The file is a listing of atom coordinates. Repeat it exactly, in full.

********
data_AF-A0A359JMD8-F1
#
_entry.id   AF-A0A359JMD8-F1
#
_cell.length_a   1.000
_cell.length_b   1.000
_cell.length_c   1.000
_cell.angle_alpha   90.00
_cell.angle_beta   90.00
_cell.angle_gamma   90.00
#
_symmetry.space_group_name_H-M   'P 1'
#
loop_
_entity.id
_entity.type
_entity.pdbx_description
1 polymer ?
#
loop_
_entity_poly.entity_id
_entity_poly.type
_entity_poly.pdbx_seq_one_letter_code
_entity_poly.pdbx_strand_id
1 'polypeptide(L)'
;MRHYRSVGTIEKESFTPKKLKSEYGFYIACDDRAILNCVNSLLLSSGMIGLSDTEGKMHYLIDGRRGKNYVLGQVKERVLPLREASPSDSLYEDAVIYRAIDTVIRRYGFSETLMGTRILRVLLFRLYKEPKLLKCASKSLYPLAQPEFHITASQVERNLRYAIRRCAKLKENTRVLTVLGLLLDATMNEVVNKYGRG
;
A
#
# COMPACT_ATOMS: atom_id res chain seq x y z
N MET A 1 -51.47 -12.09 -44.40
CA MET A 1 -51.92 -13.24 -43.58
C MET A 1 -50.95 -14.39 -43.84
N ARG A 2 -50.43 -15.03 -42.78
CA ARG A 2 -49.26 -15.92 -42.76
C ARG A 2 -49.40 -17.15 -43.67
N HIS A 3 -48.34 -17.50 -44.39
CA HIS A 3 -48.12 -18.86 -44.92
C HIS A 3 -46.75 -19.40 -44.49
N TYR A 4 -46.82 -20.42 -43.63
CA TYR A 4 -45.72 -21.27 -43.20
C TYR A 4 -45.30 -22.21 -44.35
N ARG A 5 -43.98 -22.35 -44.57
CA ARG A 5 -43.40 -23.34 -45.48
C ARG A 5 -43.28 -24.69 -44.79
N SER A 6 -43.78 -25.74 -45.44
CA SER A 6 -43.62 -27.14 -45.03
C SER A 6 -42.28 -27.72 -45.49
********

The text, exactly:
data_AF-A0A359JMD8-F1
#
_entry.id   AF-A0A359JMD8-F1
#
_cell.length_a   1.000
_cell.length_b   1.000
_cell.length_c   1.000
_cell.angle_alpha   90.00
_cell.angle_beta   90.00
_cell.angle_gamma   90.00
#
_symmetry.space_group_name_H-M   'P 1'
#
loop_
_entity.id
_entity.type
_entity.pdbx_description
1 polymer ?
#
loop_
_entity_poly.entity_id
_entity_poly.type
_entity_poly.pdbx_seq_one_letter_code
_entity_poly.pdbx_strand_id
1 'polypeptide(L)'
;MRHYRSVGTIEKESFTPKKLKSEYGFYIACDDRAILNCVNSLLLSSGMIGLSDTEGKMHYLIDGRRGKNYVLGQVKERVLPLREASPSDSLYEDAVIYRAIDTVIRRYGFSETLMGTRILRVLLFRLYKEPKLLKCASKSLYPLAQPEFHITASQVERNLRYAIRRCAKLKENTRVLTVLGLLLDATMNEVVNKYGRG
;
A
#
# COMPACT_ATOMS: atom_id res chain seq x y z
N MET A 1 -51.47 -12.09 -44.40
CA MET A 1 -51.92 -13.24 -43.58
C MET A 1 -50.95 -14.39 -43.84
N ARG A 2 -50.43 -15.03 -42.78
CA ARG A 2 -49.26 -15.92 -42.76
C ARG A 2 -49.40 -17.15 -43.67
N HIS A 3 -48.34 -17.50 -44.39
CA HIS A 3 -48.12 -18.86 -44.92
C HIS A 3 -46.75 -19.40 -44.49
N TYR A 4 -46.82 -20.42 -43.63
CA TYR A 4 -45.72 -21.27 -43.20
C TYR A 4 -45.30 -22.21 -44.35
N ARG A 5 -43.98 -22.35 -44.57
CA ARG A 5 -43.40 -23.34 -45.48
C ARG A 5 -43.28 -24.69 -44.79
N SER A 6 -43.78 -25.74 -45.44
CA SER A 6 -43.62 -27.14 -45.03
C SER A 6 -42.28 -27.72 -45.49